While Looking Up at a Working Wasp, I Trip

 

While Looking Up at a Working Wasp, I Trip

How do these things I once barely acknowledged
now snare toes or twist ankles, causing me to stumble,

spill coffee and curse. Steps, rocks, pavement, curbs.
Door sills. No matter which, without provocation.

Solitary wasps mate not in flight but in the vicinity
of their nesting area. Three years ago a female

violated our unspoken agreement of mutual
existence; my arm purpled and ballooned

to twice its normal size, and I demolished her nest
for fear that attacks would become habit. Today,

another builds in the same spot. I stoop by,
beneath notice, as she labors to make room

for eggs fertilized with stored sperm from a single
drone. Such diligence should earn rewards.

I stroll to the mailbox and marvel at their ability
to manufacture wood pulp for nests, how

certain species avoid mating with siblings
on the basis of chemical signatures, and that

they voluntarily control the sex of their offspring.
Ah, the wonders of nature! Approaching the door,

I look up and observe the growing nest with
admiration, enter the house without stumbling,

and inhale the fragrance of the perfectly arranged
lilies. The books on the table entice me, so I

pour a glass of malbec and thumb through them
with great pleasure. Soon, after sunset, she will die.

 

* * *

“While Looking Up at a Working Wasp, I Trip” was published in MockingHeart Review in May 2018.

Flame

 

Flame 

Drifting, she passes through the frame.

Reshapes borders, edges.

The way smoke scribes a letter in the sky with
gases and particulates. Intractable. Impermanent.

But not like a risen corpse
yet to accept its body’s stilling, or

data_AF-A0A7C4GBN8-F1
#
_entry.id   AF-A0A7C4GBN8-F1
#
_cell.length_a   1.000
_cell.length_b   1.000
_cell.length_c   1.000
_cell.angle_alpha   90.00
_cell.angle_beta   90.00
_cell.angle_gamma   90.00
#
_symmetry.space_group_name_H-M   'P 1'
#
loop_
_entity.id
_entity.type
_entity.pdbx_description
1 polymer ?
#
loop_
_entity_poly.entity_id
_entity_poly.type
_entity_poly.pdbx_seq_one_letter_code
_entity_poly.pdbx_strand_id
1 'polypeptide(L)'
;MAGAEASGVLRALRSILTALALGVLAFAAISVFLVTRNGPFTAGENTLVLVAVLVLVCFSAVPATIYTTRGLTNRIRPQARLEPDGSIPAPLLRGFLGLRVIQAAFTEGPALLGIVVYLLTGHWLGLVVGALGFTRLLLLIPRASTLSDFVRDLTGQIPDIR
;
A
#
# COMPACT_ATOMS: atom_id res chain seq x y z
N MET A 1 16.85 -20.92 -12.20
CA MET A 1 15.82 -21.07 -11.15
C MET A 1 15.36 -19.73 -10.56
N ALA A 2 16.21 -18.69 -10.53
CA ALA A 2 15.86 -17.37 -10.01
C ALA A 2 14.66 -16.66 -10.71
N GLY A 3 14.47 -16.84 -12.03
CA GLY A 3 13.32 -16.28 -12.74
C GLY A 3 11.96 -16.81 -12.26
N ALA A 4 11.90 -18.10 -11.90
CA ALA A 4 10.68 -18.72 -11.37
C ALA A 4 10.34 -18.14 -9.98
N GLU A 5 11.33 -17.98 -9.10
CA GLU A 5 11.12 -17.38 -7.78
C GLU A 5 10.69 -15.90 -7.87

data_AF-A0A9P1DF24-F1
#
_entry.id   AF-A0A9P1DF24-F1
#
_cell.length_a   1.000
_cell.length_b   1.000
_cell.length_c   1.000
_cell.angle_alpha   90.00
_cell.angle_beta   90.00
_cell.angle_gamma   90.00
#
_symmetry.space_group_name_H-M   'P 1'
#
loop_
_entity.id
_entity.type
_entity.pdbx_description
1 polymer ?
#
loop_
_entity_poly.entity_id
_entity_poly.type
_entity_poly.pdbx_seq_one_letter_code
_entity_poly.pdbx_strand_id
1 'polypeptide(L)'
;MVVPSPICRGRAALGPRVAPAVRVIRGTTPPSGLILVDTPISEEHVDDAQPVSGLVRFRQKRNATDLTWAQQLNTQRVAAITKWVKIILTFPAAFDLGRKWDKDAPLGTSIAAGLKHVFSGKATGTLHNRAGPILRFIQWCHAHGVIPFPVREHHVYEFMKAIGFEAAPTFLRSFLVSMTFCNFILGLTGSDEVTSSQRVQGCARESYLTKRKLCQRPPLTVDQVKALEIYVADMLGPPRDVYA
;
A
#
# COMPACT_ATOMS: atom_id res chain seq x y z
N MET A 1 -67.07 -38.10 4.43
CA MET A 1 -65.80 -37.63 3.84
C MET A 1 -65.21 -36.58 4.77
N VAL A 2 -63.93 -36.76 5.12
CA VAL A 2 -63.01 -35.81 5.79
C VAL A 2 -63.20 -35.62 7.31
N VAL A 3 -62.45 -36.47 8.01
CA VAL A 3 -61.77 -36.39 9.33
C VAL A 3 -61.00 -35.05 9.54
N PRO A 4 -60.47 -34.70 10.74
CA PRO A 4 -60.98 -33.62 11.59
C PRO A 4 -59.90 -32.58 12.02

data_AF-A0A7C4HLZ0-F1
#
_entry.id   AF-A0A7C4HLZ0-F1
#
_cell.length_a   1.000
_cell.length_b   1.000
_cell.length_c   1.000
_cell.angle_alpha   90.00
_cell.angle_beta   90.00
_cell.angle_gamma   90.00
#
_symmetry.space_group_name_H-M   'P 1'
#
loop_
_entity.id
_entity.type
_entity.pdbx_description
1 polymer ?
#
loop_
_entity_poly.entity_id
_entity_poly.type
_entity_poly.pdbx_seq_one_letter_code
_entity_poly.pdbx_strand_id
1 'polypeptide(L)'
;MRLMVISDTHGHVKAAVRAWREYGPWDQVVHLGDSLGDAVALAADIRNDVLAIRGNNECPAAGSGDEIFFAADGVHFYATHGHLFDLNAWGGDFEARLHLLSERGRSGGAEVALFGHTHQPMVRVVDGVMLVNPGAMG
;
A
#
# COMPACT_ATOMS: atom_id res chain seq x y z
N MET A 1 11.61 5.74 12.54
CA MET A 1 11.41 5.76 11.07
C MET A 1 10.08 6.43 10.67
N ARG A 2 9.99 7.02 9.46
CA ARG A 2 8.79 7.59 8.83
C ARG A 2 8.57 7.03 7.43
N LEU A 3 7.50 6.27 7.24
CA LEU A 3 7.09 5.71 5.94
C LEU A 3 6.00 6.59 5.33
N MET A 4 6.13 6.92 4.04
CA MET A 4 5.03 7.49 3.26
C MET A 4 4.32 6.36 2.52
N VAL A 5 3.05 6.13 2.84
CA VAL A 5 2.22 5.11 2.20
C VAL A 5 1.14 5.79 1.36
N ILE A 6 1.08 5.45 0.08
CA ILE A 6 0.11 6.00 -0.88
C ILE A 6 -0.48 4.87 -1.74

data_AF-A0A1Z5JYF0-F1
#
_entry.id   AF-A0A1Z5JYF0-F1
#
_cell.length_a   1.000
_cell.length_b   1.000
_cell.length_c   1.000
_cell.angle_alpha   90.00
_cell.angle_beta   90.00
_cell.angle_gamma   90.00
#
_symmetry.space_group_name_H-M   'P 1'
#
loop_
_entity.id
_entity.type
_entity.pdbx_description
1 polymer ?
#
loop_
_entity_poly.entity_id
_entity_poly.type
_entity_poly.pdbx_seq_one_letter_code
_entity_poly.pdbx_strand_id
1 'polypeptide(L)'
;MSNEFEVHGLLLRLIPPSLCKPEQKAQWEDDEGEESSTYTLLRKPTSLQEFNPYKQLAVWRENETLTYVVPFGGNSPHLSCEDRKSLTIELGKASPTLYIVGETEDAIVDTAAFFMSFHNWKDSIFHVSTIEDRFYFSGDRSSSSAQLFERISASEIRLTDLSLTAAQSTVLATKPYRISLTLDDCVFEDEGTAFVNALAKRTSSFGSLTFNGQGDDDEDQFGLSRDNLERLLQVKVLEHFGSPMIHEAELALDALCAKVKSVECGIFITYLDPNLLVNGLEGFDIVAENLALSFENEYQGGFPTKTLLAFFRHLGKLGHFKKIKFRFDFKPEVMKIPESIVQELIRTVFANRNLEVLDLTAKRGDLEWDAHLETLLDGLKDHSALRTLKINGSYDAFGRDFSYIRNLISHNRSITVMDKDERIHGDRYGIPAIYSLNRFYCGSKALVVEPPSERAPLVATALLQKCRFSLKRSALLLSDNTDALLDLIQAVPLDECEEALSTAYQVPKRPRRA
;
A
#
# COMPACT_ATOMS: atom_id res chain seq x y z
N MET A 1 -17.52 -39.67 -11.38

the flooded creek’s waters taking
a house and the family within. Some things

are explainable. This morning you drained
the sink, and thunder set off a neighbor’s alarm.

From every moment, a second emerges.

Picture a man lighting a candle where a home once stood.

 

* * *

“Flame” was published in Poppy Road Review in February 2019 and is included in my chapbook, From Every Moment a Second, available for order via Amazon.com and Finishing Line Press.

The Three Disappointments of Pedro Arturo

 

The Three Disappointments of Pedro Arturo

The difficulty lies in denying the rest,
pretending the denouement remains unknotted
like that length of rope looped over the branch,
unable to serve its purpose. I regret nothing,
but often wish that I had dangled my feet
in the stream more often and felt the trout
wriggle by in their fluency of motion. Last year
my daughter claimed that as a half-mortal
what pulsed through her heart was not blood
but ichor, the life-force of gods, and when I
stated that her mother was from Muleshoe and
not Olympus, and that I may have been the
product of divine intervention, but was neither
god nor blessed creature, she spat wine in my
face, laughed, grabbed my keys and chugged off
in the cherry-red Karmann Ghia I’d dubbed
La Gloria Roja. I’ve not seen that car again, but
I swear I’ve heard its custom klaxon ah-woo-gah
in strange small towns between train stops
and the lonely fields stretching out into the
blackness like memories losing traction. But
mostly I find myself in this house of books
and empty bottles, maintaining space and time,
herding shadows into their oblong boxes,
contemplating nooses and love, courage and
mortality, and the inability to step up, to swallow
what I most crave and do what must be done.

 

* * *

“The Three Disappointments of Pedro Arturo” was drafted during the August 2016 Tupelo Press 30-30 challenge, and was published in Main Street Rag in October 2017. I was fortunate to have two sponsors for the poem – Clyde Long, who provided three words (denouement, ichor and claxon) and Paul Vaughan, who offered the title. One never knows what will come of these sponsored pieces…

 

Ramekin

 

Ramekin

I speak when you speak,
say nothing to your everything.

The world is a ramekin filled with bits of ourselves.

It is a recipe for error,
a list of adorations and illusion.
You take my hand and say when I’m gone
there will be others.

The ingredients include vinegar and salt, but no honey.

You hear what I hear, only more.
Teach me to breathe.

Empty this dish.

Tell me.

 

 

“Ramekin” was first published in the online anthology Igxante: An Ontology. I am grateful to editor Kate Morgan for taking this piece.

 

In Praise of Chiggers

 

In Praise of Chiggers

 

And the others
feasting unseen
upon you,
offering their
blessings
of digestive juices